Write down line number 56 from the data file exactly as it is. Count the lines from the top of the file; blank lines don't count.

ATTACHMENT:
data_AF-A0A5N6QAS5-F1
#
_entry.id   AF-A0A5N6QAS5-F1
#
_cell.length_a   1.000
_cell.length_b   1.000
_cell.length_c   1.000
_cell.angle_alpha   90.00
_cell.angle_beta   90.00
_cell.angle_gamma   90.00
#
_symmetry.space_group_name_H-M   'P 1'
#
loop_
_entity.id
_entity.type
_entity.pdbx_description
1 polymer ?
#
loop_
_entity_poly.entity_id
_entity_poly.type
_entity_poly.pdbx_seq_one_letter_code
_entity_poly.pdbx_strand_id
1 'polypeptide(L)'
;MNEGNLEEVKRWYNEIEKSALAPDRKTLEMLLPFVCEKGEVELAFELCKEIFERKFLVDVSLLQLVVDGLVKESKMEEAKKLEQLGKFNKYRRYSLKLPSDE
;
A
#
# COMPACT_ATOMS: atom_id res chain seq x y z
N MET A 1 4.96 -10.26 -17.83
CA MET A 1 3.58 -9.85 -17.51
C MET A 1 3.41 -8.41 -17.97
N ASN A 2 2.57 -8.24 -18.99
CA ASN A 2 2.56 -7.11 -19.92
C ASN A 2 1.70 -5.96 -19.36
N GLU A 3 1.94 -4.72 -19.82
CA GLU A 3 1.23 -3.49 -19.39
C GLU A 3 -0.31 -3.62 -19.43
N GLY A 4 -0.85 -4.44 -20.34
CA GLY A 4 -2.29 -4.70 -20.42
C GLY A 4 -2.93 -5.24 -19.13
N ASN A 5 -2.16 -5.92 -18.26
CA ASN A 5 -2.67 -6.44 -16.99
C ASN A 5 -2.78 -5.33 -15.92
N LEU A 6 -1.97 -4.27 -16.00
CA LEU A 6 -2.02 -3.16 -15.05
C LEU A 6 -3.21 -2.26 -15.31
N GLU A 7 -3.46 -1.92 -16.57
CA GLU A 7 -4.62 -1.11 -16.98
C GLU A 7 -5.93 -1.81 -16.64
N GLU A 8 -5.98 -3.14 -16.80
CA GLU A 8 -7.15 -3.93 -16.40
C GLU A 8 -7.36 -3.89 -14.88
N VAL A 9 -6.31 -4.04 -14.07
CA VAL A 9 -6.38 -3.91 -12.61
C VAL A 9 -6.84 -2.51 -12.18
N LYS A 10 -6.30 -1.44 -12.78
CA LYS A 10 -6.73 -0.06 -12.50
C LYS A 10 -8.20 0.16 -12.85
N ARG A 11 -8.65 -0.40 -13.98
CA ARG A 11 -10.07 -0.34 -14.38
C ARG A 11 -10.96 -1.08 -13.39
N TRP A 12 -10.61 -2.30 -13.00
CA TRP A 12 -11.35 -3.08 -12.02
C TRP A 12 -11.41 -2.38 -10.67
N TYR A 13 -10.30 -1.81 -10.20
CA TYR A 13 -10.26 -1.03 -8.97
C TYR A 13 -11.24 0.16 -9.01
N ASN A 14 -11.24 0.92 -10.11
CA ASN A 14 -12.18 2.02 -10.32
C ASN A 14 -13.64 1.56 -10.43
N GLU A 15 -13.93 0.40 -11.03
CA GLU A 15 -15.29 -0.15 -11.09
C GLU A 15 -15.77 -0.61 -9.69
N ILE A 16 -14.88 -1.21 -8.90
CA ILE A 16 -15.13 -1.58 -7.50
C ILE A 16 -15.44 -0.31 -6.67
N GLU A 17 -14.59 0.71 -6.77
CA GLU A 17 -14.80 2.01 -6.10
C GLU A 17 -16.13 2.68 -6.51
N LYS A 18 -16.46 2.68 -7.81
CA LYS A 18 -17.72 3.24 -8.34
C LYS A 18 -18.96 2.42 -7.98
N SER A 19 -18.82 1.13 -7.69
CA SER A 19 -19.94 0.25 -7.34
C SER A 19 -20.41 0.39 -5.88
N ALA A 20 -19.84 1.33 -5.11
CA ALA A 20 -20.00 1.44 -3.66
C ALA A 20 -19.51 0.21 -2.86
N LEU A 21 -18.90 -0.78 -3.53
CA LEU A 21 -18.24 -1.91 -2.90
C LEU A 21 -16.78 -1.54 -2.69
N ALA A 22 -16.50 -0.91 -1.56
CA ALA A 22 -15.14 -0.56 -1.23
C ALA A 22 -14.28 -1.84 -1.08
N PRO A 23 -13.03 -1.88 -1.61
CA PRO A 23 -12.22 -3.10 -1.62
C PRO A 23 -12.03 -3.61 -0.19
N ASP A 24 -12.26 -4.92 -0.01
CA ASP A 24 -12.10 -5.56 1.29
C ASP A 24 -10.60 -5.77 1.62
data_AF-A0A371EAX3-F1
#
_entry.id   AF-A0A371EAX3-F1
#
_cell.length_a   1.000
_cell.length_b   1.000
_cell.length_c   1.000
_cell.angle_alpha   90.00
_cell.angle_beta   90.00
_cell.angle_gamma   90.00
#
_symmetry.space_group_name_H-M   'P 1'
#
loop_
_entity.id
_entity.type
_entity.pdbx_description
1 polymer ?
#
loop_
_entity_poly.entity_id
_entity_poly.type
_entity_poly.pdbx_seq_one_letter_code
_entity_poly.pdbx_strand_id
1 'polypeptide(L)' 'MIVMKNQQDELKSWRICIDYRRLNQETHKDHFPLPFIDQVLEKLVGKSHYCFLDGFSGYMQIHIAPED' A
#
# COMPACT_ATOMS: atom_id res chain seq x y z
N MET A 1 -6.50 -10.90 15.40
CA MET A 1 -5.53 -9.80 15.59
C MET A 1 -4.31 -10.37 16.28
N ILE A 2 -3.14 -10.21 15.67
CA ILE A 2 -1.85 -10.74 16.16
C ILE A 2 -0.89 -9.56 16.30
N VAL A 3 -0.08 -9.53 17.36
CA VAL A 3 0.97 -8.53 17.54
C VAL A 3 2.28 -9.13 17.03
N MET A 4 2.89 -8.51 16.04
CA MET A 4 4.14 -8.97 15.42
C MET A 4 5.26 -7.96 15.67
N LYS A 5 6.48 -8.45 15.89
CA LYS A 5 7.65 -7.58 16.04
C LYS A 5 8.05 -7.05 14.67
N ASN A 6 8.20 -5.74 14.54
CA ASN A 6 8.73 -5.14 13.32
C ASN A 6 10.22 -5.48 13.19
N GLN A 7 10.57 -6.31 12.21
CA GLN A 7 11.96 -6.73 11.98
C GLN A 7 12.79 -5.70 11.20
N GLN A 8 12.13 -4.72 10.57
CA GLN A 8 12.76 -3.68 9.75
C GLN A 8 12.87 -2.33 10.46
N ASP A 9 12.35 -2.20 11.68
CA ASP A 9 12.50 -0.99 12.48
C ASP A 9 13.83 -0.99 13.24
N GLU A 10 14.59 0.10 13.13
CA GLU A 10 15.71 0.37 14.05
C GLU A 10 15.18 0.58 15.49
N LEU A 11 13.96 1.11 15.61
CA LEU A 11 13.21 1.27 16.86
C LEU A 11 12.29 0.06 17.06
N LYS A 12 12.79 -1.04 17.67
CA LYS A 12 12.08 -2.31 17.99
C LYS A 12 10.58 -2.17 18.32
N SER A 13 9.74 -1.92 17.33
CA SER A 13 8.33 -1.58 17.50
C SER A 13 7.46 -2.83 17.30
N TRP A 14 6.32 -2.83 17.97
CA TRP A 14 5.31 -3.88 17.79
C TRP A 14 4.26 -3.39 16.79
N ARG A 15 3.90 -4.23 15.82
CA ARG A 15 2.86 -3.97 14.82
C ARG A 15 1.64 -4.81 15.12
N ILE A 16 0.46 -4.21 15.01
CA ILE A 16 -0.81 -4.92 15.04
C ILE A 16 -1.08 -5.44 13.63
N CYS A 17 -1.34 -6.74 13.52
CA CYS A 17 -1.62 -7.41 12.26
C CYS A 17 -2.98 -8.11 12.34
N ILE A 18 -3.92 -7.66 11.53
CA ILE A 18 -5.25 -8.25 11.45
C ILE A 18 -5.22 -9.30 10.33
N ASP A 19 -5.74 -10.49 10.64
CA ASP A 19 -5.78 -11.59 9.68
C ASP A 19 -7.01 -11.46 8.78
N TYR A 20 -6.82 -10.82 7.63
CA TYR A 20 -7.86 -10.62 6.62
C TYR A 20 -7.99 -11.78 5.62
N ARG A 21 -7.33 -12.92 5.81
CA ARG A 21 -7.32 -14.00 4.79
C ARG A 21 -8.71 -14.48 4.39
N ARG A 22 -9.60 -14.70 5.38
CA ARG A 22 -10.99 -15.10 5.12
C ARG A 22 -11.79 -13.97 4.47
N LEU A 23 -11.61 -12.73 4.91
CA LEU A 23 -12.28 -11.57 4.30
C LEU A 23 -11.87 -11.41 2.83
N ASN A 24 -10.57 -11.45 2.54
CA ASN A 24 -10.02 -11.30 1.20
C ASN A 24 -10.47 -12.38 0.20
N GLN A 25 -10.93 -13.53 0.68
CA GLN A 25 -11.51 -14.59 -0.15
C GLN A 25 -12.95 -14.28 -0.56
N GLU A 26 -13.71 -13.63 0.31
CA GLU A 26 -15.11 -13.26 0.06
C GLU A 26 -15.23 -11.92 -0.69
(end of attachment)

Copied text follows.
CA VAL A 9 -6.38 -3.91 -12.61